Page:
Nintendo's third pillar in video games were handheld units, which were introduced with the Game & Watch units. Like the Color TV Games, the Game & Watches did not feature interchangeable cartridges, an innovation that would be introduced later on in video games. Instead, players had to purchase each unit individually. It got its name from the fact that players can not only play their LSD handheld titles, though also view the time via a handy watch. The games ranged from early titles like Ball (the initial game) to later, more advance titles that starred Nintendo, Disney and even Snoopy characters. Many of the games were huge successes, some selling over 2.5 million units. The Game & Watch series was the beginning of Nintendo's handheld market, which would soon consist of the Game Boy.
Meanwhile in Japan, Nintendo decided to develop a cartridge based console that would eventually be called the Family Computer or Famicom for short. The designer of the console was a man named Masayuki Uemura. The designer is noted for development of the console, though soon enough he would vanish from the company. Along with the console they also released ports of classic arcade games such as Donkey Kong and Popeye among many others. Distribution started with a rocky start - the initial chips were broken, thus resulting in a recall of all the units. With the second shipment, however, the Famicom soared to the top of the charts, quickly becoming the best selling console in Japan. Despite being the best selling console, it still wasn't nearly as successful as Nintendo had hoped. This changed, though, with the release of one particular game.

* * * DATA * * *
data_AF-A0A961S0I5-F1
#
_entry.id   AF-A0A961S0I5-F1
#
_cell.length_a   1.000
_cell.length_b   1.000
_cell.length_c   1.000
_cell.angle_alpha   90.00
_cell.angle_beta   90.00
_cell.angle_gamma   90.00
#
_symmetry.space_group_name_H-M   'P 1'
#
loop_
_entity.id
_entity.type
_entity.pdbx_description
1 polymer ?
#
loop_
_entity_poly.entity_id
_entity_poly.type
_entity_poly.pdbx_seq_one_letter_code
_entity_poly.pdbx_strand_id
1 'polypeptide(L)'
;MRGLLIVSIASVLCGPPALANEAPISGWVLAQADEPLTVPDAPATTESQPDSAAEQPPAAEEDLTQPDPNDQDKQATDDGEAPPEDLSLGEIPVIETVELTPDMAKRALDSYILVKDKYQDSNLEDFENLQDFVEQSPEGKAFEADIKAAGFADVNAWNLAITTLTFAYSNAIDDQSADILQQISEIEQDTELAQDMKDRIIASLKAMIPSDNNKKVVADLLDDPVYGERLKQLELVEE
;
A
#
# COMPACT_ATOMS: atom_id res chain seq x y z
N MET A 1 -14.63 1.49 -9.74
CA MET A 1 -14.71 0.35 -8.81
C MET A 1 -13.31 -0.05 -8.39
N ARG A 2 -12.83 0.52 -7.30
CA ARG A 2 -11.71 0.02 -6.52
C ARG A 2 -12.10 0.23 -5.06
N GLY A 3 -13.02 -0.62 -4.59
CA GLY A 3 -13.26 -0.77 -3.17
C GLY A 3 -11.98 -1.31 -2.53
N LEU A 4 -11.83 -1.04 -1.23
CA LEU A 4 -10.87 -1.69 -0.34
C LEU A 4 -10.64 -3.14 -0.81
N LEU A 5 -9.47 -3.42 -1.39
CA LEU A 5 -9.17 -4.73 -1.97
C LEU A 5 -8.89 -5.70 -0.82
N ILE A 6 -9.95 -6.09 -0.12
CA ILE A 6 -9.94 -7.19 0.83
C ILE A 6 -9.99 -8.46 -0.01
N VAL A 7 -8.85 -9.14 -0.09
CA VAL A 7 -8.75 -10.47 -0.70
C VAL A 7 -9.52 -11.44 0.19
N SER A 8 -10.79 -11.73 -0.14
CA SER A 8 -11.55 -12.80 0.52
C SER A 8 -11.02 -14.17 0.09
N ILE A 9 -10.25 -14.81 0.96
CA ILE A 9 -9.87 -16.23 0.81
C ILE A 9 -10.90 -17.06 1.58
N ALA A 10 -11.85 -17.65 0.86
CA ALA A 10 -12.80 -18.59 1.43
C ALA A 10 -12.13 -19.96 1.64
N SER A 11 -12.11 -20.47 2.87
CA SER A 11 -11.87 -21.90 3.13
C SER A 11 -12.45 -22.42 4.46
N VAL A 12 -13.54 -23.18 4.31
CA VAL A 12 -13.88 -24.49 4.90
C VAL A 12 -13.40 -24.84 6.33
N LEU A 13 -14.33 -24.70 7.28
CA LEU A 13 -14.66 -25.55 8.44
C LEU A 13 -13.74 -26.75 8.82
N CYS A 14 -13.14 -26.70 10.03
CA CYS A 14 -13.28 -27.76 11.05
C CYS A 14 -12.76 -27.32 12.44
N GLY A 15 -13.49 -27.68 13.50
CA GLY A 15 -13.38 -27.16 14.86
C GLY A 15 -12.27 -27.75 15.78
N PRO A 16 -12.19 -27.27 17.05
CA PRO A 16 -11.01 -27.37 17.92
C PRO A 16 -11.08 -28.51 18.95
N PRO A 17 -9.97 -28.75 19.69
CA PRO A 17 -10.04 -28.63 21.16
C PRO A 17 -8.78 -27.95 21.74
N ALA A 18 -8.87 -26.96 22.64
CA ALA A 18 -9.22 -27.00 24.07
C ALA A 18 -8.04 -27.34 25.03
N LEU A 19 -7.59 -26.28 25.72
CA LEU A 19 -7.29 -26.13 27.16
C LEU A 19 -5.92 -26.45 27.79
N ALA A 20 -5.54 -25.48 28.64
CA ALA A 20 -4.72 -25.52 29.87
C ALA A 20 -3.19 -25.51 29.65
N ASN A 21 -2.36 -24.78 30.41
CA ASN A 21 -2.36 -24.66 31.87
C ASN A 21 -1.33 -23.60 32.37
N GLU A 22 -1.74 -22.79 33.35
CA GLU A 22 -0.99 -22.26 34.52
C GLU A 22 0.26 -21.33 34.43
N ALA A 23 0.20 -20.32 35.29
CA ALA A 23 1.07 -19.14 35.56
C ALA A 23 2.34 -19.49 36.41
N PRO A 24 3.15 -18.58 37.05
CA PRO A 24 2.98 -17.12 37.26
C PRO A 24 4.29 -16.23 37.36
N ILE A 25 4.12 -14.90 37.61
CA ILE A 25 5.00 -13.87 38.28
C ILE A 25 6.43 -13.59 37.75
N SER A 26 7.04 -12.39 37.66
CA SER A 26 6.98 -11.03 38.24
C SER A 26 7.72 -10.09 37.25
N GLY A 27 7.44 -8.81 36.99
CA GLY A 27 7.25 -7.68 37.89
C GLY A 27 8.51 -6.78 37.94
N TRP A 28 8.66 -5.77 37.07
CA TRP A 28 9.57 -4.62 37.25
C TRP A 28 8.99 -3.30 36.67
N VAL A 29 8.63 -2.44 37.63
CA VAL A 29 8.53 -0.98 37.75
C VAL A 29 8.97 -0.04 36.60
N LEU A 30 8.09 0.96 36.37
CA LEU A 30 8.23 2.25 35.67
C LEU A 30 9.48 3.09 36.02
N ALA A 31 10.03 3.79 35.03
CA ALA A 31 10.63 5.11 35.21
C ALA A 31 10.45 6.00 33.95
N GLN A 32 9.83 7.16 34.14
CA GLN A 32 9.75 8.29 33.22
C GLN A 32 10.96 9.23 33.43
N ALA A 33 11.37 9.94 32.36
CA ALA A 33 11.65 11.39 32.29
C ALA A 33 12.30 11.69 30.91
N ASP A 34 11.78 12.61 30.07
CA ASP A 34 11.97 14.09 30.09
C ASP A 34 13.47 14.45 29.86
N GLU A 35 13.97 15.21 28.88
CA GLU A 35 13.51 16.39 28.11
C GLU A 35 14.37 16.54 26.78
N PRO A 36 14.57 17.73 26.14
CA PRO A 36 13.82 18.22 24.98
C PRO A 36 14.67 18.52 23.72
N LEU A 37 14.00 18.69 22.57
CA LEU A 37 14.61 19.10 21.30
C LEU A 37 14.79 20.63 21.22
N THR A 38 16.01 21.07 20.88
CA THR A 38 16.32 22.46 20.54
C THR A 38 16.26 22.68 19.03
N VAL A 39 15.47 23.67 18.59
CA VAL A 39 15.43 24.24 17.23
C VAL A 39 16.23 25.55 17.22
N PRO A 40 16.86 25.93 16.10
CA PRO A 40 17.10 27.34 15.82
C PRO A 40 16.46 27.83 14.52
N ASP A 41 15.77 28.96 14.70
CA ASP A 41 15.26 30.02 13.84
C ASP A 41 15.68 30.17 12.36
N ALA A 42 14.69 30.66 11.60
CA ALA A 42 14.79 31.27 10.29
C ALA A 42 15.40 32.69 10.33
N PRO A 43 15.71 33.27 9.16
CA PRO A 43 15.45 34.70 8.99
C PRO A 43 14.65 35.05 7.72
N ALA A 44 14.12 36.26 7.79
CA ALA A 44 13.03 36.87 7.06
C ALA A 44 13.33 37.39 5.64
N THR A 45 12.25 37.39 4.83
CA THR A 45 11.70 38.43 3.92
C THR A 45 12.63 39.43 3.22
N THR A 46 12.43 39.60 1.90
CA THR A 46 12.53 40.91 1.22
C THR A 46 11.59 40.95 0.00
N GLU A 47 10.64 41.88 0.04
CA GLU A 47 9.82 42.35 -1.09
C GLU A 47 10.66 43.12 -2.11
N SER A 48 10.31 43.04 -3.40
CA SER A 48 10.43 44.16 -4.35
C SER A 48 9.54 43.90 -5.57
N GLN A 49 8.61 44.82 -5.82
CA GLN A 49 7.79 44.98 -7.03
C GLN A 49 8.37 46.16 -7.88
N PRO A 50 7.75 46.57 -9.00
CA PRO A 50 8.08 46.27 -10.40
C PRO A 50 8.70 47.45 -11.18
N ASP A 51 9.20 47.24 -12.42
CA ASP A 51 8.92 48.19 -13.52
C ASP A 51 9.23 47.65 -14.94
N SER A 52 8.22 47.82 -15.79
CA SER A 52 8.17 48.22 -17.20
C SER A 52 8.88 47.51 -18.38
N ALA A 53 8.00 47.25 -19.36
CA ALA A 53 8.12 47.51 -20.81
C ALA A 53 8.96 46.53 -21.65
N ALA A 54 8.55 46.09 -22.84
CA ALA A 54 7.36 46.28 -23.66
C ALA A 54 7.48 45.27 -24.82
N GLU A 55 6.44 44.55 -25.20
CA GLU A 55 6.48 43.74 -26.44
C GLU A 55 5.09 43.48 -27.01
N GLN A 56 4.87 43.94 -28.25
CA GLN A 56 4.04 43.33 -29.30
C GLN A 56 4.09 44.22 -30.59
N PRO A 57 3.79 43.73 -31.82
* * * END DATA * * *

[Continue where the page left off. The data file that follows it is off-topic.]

An American version of R.O.B. Over in America, things weren't looking entirely good. Video games were considered a fad, and the quality of each video game was decreasing. Atari was the cause of all of this mess, partly for releasing a terribly rotten version of Pac-Man on their consoles and a game based on E.T. that was rushed to the market because of the impending release of the movie. So it came to a surprise that Nintendo was eying the country in which the industry was doing so terribly in. Though they did, and they understandably had to do a lot of convincing to the distributors as well. One of the primary things they used to draw in companies was a device called R.O.B. This was considered a toy, and they hoped that they could convince everybody that rather than a home console, the Famicom, named NES in America, was a children's toy rather than a video game. Nintendo quickly came to find that children, coupled with the marketers, didn't appreciate R.O.B. very much, with one kid in product testing calling it complete "shit" and another saying that it "sucks". Nintendo of America president Minoru Arakawa, however, didn't seem to care to much for the kids' opinions and released it with the NES anyway. While R.O.B. has become a cultural phenomenon among Nintendo gamers in the 21st century, appearing as a playable character or minor cameo in many video games such as Mario Kart DS and Super Smash Bros. Brawl, it wasn't the robotic buddy that made the NES such a huge success, but was rather a side-scrolling platform video game that starred the hero from Donkey Kong. Shigeru Miyamoto once again headed the project, called Super Mario Bros., which was also released with the NES. To this day it is considered the best selling video game of all time, and brought in a whole new generation of video gamers. Miyamoto, Mario, and Nintendo had brought the industry back in the country that started it all, and best of all consumers were happy. Back in Japan, Super Mario Bros. caused the Famicom to be entirely successful, carving the path for future video games to be released.